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Retrofuturistic MVVM: Achieving View Purity with MobX ViewModels

Dan Imhoff
Published

Just one more useState() won’t make this component any worse.

—Me, a jackass

Component bloat is real. We’ve all experienced it. What was once a simple component with a manageable dozen lines or so is now an endless sea of hooks, callback functions, and inlined sub-components followed by a disgusting mass of JSX. Reading such a monolithic component can become challenging, let alone modifying or refactoring it.

React hooks freed us from class components, but they don’t seem to solve component bloat. In fact, given their ease of use, they often encourage us to add to the view layer indiscriminately, blurring the lines between view logic and business logic.

View Purity

In functional programming, a pure function is a function whose output is the same when given the same input and which has no side effects. Pure components borrow that concept and apply it to the view layer. Components with internal state, e.g. those with useState() hooks, and components which have side effects, e.g. changing document.title in a useEffect() hook, are not pure.

I would like to take it one step further and introduce pure views. Pure views have all the attributes of pure components and have a single responsibility: presentation. Not only are pure views free of internal state and side effects, they are also free of any logic that is not strictly presentational.

If this is starting to sound familiar, it’s because this isn’t a new idea. MVVM (Model-View-ViewModel) is a pattern invented by Microsoft that attempts to separate business logic from view logic by introducing the ViewModel, which acts as a mediator between the model and the view by converting data from the model, deriving and providing state to the view, handling actions and events, and more. Essentially, the ViewModel reduces the view to a stateless template.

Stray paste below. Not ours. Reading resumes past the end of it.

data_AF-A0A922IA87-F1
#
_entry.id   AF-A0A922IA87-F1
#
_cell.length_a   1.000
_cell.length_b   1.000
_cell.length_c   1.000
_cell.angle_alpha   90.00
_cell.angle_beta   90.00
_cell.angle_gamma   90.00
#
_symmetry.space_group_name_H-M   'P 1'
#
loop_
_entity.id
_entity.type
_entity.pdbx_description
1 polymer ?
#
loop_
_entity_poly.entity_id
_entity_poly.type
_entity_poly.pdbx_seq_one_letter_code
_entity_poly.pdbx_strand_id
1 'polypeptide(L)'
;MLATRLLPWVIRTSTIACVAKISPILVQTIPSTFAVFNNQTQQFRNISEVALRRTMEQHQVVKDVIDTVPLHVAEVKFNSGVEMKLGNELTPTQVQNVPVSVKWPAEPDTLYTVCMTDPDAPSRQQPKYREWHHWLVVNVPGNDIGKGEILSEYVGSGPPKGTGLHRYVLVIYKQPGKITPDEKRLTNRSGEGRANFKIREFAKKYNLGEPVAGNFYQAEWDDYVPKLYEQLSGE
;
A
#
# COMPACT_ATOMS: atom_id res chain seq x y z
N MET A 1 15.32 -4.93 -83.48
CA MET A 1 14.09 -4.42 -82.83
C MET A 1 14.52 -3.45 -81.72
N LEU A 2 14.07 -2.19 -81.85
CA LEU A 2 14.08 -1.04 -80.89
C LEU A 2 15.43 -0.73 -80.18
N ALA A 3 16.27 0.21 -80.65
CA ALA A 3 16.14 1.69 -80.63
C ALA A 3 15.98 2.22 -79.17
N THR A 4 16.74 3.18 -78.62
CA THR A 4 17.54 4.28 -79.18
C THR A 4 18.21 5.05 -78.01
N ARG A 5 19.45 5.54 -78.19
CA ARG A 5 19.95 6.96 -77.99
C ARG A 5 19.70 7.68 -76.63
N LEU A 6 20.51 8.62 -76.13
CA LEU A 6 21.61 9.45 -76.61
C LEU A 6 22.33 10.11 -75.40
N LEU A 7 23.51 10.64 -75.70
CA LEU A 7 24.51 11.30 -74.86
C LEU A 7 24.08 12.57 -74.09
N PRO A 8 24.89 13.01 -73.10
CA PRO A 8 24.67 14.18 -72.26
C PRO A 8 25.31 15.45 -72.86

Why?

Decoupling non-presentational logic from our views gives us a few benefits:

  • Readability. A clear separation of logic and template means components don’t get polluted. Business logic is self-contained and written in a cleaner, more conventional way.
  • Maintainability. The relationship between ViewModel and component is not 1:1. When components only handle presentation, they become very easy to refactor or split up. ViewModel implementations can be swapped out without changing a single thing in the view layer.
  • Testability. The ViewModel allows us to use unit tests to verify behavior, instead of complicated UI tests. Components become easier to test simply because they’re pure. ViewModels can be easily manipulated in UI tests to evoke desired states and behavior.

Introducing MobX

MobX is a library that makes data structures such as arrays and objects observable. The accompanying library mobx-react-lite makes React components observers. Components rerender when data changes. MobX does not prescribe any particular design patterns, but it happens to be perfect for implementing ViewModels.

Example

To demonstrate, let’s reimplement this hook-based component:

const Age = () => {
  const [age, setAge] = useState(0);
  const handleGetOlder = () => {
    setAge(age => age + 1);